Protect needle options There’s discussion around Kitsap County about a local needle exchange program. The program, called Ostrich Bay Exchange, is operated by Monte Levine who has had the needle exchange for some time in a neighborhood in Bremerton. By city code, the exchange is not allowed in the residential zone and Levine has been told his exchange on Wycoff Avenue will be shut down. A complaint from a local activist prompted city officials to send Levine a letter. No date has been determined at which he will be shut down, but Levine has said he doesn’t have another location to move to and isn’t sure how much time he has to relocate. The Ostrich Bay Exchange is one of only three needle exchange programs in Kitsap County. Others include one run by the Health District at 345 Sixth St., Suite 300, Bremerton, where needles are exchanged one-for-one in an anonymous manner and a third program operated on the S’Klallam Indian Reservation. Health district officials said Levine’s program has made a substantial impact in Bremerton and they don’t want to see it go away. Some have offered the idea of a mobile program that could travel from area to area throughout Bremerton and maybe beyond. One thing is for sure, Kitsap County needs the Ostrich Bay Exchange. Just ask anyone who walks in public parks near downtown Bremerton, or who passes through alleyways between the buildings there. Check out Facebook and see the photos of needles that residents have picked up and brought to city council meetings to show the need for more needle exchanges. There was a day when the public could close their eyes to hypodermic needle drug use. There was a time when we could pretend it wasn’t happening. But AIDS and HIV epidemics and the sharing of needles that spread those diseases and others including Hepatitis C ended all of that. Today it’s a reality that we need these needle exchange programs to keep our communities clean, and to reduce the costs of caring for those with these illnesses that can be spread through dirty needles. The city of Bremerton owes it to the local community to come up with some kind of compromise that will keep Levine in business while allowing his current residential location to be free of needle exchange traffic. Needle use in Kitsap County has increased more than 200 percent in the past five years. It would be great if it just went away, but it won’t. So we need to be prepared to deal with it through adequate needle exchange programs.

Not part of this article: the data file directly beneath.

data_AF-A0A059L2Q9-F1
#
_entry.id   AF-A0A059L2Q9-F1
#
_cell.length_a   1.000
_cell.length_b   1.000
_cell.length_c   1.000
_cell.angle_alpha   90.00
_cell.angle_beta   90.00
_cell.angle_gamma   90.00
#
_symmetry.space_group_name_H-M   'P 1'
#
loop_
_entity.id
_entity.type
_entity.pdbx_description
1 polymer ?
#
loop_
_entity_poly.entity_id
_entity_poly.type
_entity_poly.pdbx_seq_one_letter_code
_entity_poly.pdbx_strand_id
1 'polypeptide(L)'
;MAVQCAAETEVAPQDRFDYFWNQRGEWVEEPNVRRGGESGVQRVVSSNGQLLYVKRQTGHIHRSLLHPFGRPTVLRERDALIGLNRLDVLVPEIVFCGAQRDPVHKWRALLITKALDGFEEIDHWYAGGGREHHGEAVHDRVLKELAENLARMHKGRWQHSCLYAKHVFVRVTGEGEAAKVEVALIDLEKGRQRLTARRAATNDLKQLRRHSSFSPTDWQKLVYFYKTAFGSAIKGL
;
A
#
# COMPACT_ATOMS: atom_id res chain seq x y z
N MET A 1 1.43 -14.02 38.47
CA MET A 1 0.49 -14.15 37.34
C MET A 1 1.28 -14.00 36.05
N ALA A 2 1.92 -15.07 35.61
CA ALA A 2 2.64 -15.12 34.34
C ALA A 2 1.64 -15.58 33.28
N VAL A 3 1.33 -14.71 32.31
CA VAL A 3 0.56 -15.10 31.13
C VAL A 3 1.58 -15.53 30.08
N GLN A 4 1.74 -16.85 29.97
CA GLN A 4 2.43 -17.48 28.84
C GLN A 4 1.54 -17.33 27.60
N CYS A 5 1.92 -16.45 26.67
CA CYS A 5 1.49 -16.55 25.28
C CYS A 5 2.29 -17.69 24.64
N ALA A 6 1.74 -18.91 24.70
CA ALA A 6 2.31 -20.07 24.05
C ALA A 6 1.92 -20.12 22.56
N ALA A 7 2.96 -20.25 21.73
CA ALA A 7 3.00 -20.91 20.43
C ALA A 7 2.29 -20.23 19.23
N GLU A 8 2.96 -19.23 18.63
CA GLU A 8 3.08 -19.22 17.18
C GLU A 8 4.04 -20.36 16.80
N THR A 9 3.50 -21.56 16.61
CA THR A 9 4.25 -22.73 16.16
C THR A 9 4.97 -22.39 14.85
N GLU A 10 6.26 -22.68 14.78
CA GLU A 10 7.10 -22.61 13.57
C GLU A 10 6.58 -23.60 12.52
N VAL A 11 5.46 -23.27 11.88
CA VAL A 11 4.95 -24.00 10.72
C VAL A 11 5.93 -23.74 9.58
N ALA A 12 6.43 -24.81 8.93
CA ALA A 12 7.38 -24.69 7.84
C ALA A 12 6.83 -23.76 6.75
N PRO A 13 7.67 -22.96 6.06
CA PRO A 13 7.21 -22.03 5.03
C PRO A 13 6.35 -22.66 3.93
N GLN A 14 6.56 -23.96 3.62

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Therapy for too much retail Am I the only one who feels assaulted by the retail “holiday” spirit this year? That the sight of all things Christmas, Hanukkah and New Year’s front and center in stores before Halloween is even over comes off as nothing more than the worst of retail desperation? That retail stores opening their doors for business on Thanksgiving Day itself is only lowering the bar even further? I enjoy the holiday season very much. We have so much fun decorating up the house, cooking those special seasonal dishes and enjoying the laughter and joy of being with friends and family. Those of you who follow my column will remember that this time last year, our family decided to implement a policy of “experiences instead of stuff.” No more big ticket commercial items that we really did not need. No more mall to mall shopping weekends buying items for other people who really did not need or want them either. One of our first adventures under this new way of holiday spending and thinking was a family trip to Hawaii. We flew out of Seattle on Thanksgiving Day last year and our version of Black Friday shopping consisted of wandering along Front Street in Lahiana looking for

Everything Bremerton

Colleen Smidt that coveted refrigerator magnet to remember the trip by or that tacky tropical shirt for the upcoming luau on Saturday. The experience of watching the sunrise over Haleakala is something that purchasing “things” can never replace for any of us. The area under our tree on Christmas Day was rather bare, but our hearts and minds were content and full from our experience. For the remainder of the year we celebrated special occasions with experiences. Instead of buying electronics, video games or toys for his birthday, Nick received a round trip ticket to visit his grandparents in Georgia for his summer break

from school. Instead of expensive dinners and entertainments for his birthday and our anniversary, Jason took a week-long road trip to Lake Tahoe on his Metal Mistress with a group of his motorcycle riding friends. Along the way we have also bestowed experiences instead of stuff on other friends and family members around us. We have been encouraging them to abandon any urge they have to continue to make purchases on our behalf and instead simply provide us with an experience big or small. Think about all the stuff you are looking to buy this year. Think about how much of that could translate into experiences over the next year instead. Also think about giving what you can to those in your community who are going to need some assistance this holiday season. This year I plan to contribute more than I ever have in a variety of ways. I always recommend the Bremerton Foodline for cash and food contributions. What is donated by our community stays in our community. Give a better holiday experience to those in need. Plan ahead and add some items or a cash donation to your holiday shopping list for the Foodline as well: